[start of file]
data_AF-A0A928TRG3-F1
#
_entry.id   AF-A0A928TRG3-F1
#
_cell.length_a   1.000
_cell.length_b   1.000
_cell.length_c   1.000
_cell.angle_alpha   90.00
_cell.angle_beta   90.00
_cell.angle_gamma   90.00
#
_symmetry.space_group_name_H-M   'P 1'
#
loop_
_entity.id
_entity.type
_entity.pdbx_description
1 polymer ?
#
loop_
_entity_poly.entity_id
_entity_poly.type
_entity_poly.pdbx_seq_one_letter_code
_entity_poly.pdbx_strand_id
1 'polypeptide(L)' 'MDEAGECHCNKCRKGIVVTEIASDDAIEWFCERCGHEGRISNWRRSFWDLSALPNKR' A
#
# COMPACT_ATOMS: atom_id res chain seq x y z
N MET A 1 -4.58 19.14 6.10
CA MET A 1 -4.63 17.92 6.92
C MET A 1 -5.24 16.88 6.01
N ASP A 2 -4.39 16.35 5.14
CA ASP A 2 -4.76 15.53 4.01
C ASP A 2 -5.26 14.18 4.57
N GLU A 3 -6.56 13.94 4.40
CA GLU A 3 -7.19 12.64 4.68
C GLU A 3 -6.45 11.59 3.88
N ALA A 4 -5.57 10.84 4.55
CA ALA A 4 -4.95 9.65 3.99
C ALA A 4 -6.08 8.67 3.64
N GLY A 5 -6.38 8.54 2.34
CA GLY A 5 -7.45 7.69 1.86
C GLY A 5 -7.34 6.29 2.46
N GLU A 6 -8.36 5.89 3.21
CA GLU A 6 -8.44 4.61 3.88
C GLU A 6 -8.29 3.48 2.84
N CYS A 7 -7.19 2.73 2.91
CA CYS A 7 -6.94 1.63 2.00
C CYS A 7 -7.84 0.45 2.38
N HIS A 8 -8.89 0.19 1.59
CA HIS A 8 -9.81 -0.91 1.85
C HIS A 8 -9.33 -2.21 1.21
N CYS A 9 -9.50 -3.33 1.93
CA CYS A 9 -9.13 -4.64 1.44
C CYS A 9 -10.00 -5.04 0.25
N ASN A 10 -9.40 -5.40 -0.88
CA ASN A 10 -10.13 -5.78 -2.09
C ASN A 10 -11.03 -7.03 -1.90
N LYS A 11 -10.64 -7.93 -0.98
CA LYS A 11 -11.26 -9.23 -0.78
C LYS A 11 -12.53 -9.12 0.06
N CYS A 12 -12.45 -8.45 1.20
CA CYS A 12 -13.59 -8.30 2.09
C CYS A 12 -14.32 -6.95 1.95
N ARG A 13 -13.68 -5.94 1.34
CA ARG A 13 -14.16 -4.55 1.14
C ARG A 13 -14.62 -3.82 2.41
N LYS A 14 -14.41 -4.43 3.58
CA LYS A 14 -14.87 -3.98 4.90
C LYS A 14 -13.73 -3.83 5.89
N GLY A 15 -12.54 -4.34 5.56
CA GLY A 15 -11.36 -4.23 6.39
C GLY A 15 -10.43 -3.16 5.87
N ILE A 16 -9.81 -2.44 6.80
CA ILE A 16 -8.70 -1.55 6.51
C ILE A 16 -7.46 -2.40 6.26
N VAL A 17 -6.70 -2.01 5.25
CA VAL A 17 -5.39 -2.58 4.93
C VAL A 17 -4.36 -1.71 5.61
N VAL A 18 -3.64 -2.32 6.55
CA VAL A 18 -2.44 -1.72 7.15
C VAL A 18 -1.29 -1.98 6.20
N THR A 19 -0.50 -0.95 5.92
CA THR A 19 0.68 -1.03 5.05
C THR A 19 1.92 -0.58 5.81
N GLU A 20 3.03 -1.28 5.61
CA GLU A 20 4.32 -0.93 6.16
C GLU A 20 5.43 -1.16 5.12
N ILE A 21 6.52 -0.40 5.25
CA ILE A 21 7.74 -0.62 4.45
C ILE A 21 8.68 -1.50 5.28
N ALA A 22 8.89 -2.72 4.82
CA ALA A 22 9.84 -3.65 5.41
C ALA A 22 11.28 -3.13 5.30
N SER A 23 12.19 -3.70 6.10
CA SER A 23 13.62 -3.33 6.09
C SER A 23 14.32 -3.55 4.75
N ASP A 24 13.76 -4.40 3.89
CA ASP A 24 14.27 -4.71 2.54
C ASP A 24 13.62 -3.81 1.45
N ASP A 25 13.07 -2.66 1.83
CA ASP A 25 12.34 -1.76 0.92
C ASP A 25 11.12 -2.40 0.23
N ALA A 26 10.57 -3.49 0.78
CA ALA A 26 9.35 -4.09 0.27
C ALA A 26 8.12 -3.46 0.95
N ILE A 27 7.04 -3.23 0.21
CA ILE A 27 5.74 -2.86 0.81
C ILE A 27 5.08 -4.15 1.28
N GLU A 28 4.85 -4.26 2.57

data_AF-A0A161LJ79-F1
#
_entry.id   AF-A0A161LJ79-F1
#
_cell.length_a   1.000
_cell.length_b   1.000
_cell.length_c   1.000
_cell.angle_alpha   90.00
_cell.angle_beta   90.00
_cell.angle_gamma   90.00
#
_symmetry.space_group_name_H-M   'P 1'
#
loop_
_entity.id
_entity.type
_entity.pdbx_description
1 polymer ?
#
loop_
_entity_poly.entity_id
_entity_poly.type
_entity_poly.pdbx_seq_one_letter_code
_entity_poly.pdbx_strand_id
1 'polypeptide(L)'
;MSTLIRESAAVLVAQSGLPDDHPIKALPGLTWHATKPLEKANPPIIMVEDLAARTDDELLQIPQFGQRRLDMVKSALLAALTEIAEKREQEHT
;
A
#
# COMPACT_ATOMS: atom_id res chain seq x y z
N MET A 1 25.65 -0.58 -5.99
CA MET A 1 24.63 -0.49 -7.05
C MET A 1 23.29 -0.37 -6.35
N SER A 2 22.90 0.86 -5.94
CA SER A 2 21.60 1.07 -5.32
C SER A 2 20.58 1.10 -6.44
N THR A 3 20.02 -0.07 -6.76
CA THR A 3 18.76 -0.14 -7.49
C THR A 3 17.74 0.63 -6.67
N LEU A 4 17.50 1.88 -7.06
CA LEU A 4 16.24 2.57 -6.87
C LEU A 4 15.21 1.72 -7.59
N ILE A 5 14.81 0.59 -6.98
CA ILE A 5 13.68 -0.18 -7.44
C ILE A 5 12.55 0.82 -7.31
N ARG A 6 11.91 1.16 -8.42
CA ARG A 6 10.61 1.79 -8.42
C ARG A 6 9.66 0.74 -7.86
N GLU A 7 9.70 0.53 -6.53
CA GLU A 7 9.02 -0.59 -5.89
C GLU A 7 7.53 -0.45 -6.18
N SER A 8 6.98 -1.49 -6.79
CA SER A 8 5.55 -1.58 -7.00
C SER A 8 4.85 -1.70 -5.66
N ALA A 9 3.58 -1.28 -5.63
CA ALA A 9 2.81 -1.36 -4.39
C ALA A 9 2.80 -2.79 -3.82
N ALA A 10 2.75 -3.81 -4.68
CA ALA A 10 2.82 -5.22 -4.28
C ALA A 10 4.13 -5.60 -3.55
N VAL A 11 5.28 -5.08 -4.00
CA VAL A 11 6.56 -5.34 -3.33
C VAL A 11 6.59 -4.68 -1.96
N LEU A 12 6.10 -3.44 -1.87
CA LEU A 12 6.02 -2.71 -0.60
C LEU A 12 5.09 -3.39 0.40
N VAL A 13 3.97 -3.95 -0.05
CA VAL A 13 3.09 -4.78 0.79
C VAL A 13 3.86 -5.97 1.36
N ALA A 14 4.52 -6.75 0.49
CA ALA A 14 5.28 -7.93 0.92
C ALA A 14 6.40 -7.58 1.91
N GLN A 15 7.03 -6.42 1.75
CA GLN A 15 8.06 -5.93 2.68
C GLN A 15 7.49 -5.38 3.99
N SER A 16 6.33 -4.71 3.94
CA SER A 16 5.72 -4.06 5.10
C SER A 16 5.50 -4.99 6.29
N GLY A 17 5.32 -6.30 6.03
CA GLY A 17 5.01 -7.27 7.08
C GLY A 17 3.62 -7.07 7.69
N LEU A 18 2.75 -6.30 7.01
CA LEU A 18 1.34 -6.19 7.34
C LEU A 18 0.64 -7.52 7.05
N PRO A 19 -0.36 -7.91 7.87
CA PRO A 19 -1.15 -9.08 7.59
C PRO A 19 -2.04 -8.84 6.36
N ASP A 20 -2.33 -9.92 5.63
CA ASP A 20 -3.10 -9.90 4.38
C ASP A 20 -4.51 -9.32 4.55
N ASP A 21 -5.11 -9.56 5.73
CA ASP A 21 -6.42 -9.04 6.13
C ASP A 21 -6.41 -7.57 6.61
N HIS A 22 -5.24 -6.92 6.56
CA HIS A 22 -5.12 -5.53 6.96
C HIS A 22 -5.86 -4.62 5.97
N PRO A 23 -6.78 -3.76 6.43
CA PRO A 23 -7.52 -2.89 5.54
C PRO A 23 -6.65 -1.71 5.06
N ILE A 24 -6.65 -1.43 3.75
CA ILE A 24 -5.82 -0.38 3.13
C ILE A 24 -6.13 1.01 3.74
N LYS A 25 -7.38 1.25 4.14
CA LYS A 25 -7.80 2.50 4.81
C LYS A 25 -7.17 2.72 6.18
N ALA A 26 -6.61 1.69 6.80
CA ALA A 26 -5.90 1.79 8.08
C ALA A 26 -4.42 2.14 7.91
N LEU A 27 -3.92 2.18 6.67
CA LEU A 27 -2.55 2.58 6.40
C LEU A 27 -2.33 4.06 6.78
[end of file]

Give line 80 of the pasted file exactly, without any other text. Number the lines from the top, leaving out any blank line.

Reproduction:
CA VAL A 18 -2.44 -1.72 7.15